So I really do get what Super 8 aims to recreate.  I love the period touches, and I admire the excavation of a special time in "this boy's life."

The film's second creative pillar, Spielberg's aesthetic, is also impressively rendered.  In Super 8, we see all the ingredients that made Spielberg's work (especially circa 1975 - 1985) so powerful to a generation of film lovers. 

For instance, there are scenes in Super 8 of a disconcerting military presence in suburban America, as also depicted in Close Encounters of the Third Kind and E.T.  There are kids on bikes, pedaling from adventure to adventure as seen in E.T. and the Spielberg produced Poltergeist (1982).  There's also the Spielberg convention I call "This boy's bedroom," in which items decorating the bedroom reveal much about a boy's interest in magic, movies, monsters and pop-culture.  We saw "this boy's bedroom" featured in everything from Close Encounters to E.T., to Spielberg productions like Poltergeist and Gremlins.  Spielberg-inspired efforts such as The Monster Squad (1986) and Invaders from Mars (1986) featured the convention too.  

Super 8 also gains a lot of mileage from "broken" families, a Spielberg tradition in The Sugarland Express (1971) E.T. and even Indiana Jones and the Last Crusade (1989).  Abrams also knowingly evokes Spielberg-ian film compositions, namely the commonly-seen "Jurassic Park"-styled shot in which characters gaze upward, mouths agape, at something wondrous, off-camera.

Most importantly, however, Super 8 involves the idea of something alien or foreign invading normal suburban America, whether that something be a shark, an alien, ghosts, Nazis, or monsters.  It's not a coincidence that Super 8 takes place in 1979, the year of the Three Mile Island disaster.   Something was roiling under "normal" life in America of this span...and it seemed mysterious and possibly frightening.

I enjoyed all of Abrams' Spielberg-ian homages here, I must admit.  And yet I kept feeling, as I wrote above, that in Super 8 I was screening the work of a man who understood surface detail, but not deeper meaning.  And that, furthermore, the story (by Abrams) had been crafted exclusively to make room for all the homage, without sufficient regard for internal logic and consistency.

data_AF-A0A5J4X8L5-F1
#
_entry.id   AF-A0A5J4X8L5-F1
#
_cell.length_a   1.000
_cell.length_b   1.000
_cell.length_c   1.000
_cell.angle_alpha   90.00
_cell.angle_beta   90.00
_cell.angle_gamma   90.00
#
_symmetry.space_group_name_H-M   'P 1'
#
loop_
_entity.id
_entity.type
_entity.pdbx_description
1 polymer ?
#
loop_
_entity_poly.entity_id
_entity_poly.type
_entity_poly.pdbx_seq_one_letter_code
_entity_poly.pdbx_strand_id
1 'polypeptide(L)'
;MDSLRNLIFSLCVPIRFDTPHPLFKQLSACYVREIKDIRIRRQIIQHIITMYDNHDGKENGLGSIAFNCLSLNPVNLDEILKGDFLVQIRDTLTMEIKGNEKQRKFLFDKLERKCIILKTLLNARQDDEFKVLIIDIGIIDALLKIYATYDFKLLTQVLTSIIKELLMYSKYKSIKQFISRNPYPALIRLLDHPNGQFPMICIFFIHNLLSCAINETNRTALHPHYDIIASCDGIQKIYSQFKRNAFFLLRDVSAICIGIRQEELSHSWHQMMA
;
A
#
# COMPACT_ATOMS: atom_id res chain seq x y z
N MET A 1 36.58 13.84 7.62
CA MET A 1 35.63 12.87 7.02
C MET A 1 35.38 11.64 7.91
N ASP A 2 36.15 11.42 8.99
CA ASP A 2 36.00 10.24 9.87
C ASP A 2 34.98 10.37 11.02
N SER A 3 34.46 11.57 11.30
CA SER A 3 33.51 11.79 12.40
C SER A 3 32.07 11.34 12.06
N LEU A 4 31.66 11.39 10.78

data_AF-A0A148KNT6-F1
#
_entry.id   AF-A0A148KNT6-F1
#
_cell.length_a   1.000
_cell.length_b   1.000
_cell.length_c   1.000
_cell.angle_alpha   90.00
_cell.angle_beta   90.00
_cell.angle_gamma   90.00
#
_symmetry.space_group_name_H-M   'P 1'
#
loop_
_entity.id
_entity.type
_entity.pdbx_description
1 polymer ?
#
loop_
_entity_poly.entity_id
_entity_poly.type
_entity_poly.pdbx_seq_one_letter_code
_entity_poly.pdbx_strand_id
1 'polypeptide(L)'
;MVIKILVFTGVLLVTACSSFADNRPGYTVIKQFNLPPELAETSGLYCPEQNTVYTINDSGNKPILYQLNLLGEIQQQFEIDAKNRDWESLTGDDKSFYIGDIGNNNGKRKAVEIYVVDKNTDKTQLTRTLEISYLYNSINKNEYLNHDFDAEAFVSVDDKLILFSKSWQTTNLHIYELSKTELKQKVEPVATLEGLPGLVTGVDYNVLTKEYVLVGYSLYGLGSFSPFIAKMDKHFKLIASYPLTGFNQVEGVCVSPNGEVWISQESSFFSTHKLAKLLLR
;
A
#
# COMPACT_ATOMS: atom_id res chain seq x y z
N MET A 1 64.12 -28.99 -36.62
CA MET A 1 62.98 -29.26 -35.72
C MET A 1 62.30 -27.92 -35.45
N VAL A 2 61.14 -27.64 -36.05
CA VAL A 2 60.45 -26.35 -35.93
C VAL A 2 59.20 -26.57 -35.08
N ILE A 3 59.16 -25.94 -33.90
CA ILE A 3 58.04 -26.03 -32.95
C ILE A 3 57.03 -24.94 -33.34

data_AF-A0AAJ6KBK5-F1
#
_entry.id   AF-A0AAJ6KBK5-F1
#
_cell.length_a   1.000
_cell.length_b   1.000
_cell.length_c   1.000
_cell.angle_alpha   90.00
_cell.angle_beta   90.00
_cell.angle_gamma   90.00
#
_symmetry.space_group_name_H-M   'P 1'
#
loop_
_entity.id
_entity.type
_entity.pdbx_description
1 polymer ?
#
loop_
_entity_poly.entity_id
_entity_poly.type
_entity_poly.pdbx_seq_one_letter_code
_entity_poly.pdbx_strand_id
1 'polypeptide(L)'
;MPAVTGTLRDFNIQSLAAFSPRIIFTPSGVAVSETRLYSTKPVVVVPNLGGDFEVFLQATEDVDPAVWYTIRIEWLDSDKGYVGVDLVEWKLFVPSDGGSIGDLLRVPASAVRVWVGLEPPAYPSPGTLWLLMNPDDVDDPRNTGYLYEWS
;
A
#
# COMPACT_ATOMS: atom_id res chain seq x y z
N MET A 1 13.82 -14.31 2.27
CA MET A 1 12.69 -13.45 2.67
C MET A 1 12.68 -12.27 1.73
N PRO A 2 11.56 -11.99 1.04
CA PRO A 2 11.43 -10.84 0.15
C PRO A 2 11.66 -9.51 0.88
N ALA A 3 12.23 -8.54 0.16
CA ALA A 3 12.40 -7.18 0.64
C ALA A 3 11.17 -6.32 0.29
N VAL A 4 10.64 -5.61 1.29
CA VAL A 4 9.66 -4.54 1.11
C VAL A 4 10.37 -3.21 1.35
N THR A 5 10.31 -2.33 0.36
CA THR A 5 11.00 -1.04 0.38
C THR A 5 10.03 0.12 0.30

Considered rationally, the narrative makes precious little sense.  For instance, the audience is asked to believe that a tormented alien who can read humans minds has never, before interfacing with Joe, encountered an individual who has experienced and understood loss and personal pain.  You see, contact with the boy and the boy's advice that "bad things happen, but you can keep living" prove the very impetus that redirects the angry alien towards escape rather than vengeance.  The alien puts down his pastime of eating human body parts, and decides to home.

This resolution feels like a creative cop-out, especially since the creature already boasts access to Elle Fanning's Alice, and certainly she -- having lost a mother too -- understands the nature of pain.  Why is it that after reading so many human minds, the monster only achieves closure through rapport with Joe?  This whole idea -- upon which the plot resolution hinges -- is undeveloped at best and contrived at worst.

Another poorly-constructed moment in the film's third act finds Joe's father -- without explanation or apparent precipitating cause -- deciding to forgive the man who, through negligence, is responsible for his wife's death.  This change of heart is supposed to be a heartwarming moment, but there's no lead-up to it, and no character growth that reaches a particular crescendo.  Spielberg movies may be relentlessly sentimental, but this quality of his work is usually earned.  The character "growth" in Super 8 feels capricious and mechanical by comparison.

Super 8's emotional climax seems off in some significant way too.  Joseph must choose to let go of the locket that belonged to his dead mother.  This piece of jewelry is all that he's got left of her now, but the movie's point -- as seen in the monster's epiphany -- is "letting go."  The monster lets go of his pain at Joe's urging, and ascends to the stars.   In this same spirit, Joe releases his mother's locket and lets go of his pain and loss too.